Liberia’s Minister of Foreign Affairs Milton Gbehzongar Findley thinks a referendum is necessary in determining whether or not, the country should establish a war crimes tribunal to prosecute former warlords and ex-fighters who committed heinous crimes and crimes against humanity during the Liberian Civil War. But we respectfully differ with the Minister that Liberians should go to referendum to bring war and economic criminals to book.
Minister Findley reportedly said on a local radio talk show in Monrovia that a referendum is the most likely option to deciding on establishing any war crimes court for Liberia. “I understand that there are Liberians who want the war crimes court but also what are the results from the majority of the people of the country? Do we go to a referendum for this? Let’s go to a referendum. If people are not happy then let’s advocate for a referendum for the Liberian people to decide the way forward on this matter”, Findley said on a recent talk show.
His comment seems to suggest Liberians first need to vote on adhering to international criminal law that has no status of limitation. In other words, whether majority of Liberians are supportive or against prosecution of people who allegedly committed heinous crimes and crimes against humanity such as massacres and other mass killings that occurred here, they have no choice because it’s beyond the jurisdiction of Liberia.
We must conform as a member of the comity of nations, for how could we have, as a nation, turned to the international community for help after butchering one another for more than a decade and now want to brush aside sincere effort by the very international community to help us keep impunity in check? It is just not understandable, but highly deceitful to want to portray such posture.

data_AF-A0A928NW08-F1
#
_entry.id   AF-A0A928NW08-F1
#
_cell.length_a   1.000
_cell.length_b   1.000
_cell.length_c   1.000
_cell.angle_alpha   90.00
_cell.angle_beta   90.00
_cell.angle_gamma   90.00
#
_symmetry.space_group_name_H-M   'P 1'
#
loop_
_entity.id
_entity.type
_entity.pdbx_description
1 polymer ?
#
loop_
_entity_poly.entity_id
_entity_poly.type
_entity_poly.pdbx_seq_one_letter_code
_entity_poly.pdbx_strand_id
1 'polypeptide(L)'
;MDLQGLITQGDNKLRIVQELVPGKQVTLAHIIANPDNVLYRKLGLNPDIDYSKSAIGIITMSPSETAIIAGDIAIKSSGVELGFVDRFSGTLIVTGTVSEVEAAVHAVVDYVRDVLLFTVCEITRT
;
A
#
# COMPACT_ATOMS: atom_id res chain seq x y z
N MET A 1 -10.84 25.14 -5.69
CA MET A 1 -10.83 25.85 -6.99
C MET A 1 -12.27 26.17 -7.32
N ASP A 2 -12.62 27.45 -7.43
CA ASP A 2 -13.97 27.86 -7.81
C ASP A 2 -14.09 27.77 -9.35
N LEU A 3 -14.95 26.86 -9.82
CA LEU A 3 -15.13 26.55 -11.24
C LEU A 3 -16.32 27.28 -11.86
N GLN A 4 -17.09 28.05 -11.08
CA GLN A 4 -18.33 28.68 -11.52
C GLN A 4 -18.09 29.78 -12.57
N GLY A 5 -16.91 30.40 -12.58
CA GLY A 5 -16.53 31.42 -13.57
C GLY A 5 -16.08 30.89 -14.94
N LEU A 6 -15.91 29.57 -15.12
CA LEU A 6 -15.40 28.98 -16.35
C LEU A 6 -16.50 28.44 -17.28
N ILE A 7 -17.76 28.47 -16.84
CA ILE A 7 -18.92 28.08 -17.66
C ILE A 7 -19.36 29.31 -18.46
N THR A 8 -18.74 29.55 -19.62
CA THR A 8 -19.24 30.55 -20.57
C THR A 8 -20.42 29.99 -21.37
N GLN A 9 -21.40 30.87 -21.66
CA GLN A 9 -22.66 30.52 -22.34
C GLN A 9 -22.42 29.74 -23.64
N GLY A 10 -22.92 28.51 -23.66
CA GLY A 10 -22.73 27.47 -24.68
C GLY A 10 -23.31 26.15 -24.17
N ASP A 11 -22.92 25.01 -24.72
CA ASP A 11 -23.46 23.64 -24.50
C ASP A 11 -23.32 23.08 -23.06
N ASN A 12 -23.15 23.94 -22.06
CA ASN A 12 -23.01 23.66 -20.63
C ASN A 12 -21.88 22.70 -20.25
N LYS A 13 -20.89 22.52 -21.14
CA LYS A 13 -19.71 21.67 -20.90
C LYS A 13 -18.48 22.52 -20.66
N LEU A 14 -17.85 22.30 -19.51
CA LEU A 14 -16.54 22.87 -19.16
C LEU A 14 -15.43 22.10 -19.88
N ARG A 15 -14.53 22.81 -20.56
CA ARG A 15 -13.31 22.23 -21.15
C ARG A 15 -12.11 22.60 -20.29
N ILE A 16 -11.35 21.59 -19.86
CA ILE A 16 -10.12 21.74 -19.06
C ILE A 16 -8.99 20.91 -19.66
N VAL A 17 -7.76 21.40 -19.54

Lest we forget, it took huge resources and human sacrifice of the international community to ensure cessation of hostilities, disarmament of belligerent armed factions, and conduct of free, fair democratic elections to restore Liberia as member of the comity of nations and the corresponding peace we enjoy today. And a key foundation for genuine and sustainable peace in any nation is justice, which we shouldn’t ignore.
This is why U.S. Congressman Representative Don Donovan terms Foreign Minister Findley’s proposition as not only vague, but falls short of a genuine and robust commitment to establishing a war crimes tribunal for Liberia.
In a recent letter to U.S. Secretary of Defense Jim Mattis and Secretary of State Mike Pompeo, as published in Monrovia, Congressman Donovan reminds that from 1991 to 2002, civil war devastated both Liberia and Sierra Leone, and the violence took the lives of over 200,000 people, displaced over 1,000,000 persons and saw horrific cases of murder, amputation, mass rape, and other human rights abuses, saying, “The heinous crimes that occurred during this time are unspeakable, yet many of the perpetrators hold positions in Liberia’s government.
Specifically, he points that with the presence of Senator Prince Y. Johnson and others, the world is watching Liberia’s slowly creep backwards towards the murderous mayhem of its civil war era, and crave intervention of the U.S. Department of Defense and Department of State to encourage Monrovia to establish a war crimes tribunal for the country.
We agreed with Representative Donovan that the last thing the rest of the world, wants to see in Liberia is the cycle of violence start yet again. He fears that is exactly what would happen should the perpetrators of vicious crimes be allowed to escape responsibility, as Liberia’s Foreign Minister Milton Gbehzongar Findley seems to be insinuating by calling for a referendum to establish a war crime tribunal.